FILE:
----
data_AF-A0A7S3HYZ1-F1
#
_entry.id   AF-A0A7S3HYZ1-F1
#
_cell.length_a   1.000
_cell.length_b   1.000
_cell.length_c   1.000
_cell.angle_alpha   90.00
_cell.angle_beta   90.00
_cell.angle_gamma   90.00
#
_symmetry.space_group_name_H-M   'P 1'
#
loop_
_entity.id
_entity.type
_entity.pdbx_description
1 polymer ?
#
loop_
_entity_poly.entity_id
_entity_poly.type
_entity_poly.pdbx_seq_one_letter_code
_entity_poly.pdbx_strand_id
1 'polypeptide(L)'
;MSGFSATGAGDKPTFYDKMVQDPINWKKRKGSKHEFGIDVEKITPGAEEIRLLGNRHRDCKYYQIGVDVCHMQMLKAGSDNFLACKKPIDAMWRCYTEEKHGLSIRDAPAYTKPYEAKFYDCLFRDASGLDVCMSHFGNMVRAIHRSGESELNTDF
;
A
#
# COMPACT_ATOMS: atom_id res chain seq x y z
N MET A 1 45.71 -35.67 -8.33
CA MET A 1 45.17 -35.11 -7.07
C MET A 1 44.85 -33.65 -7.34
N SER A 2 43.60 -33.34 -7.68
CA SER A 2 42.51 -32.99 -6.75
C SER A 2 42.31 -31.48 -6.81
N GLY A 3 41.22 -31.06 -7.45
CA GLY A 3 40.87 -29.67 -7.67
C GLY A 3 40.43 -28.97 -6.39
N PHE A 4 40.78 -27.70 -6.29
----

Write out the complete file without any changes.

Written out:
data_AF-A0A7S3HYZ1-F1
#
_entry.id   AF-A0A7S3HYZ1-F1
#
_cell.length_a   1.000
_cell.length_b   1.000
_cell.length_c   1.000
_cell.angle_alpha   90.00
_cell.angle_beta   90.00
_cell.angle_gamma   90.00
#
_symmetry.space_group_name_H-M   'P 1'
#
loop_
_entity.id
_entity.type
_entity.pdbx_description
1 polymer ?
#
loop_
_entity_poly.entity_id
_entity_poly.type
_entity_poly.pdbx_seq_one_letter_code
_entity_poly.pdbx_strand_id
1 'polypeptide(L)'
;MSGFSATGAGDKPTFYDKMVQDPINWKKRKGSKHEFGIDVEKITPGAEEIRLLGNRHRDCKYYQIGVDVCHMQMLKAGSDNFLACKKPIDAMWRCYTEEKHGLSIRDAPAYTKPYEAKFYDCLFRDASGLDVCMSHFGNMVRAIHRSGESELNTDF
;
A
#
# COMPACT_ATOMS: atom_id res chain seq x y z
N MET A 1 45.71 -35.67 -8.33
CA MET A 1 45.17 -35.11 -7.07
C MET A 1 44.85 -33.65 -7.34
N SER A 2 43.60 -33.34 -7.68
CA SER A 2 42.51 -32.99 -6.75
C SER A 2 42.31 -31.48 -6.81
N GLY A 3 41.22 -31.06 -7.45
CA GLY A 3 40.87 -29.67 -7.67
C GLY A 3 40.43 -28.97 -6.39
N PHE A 4 40.78 -27.70 -6.29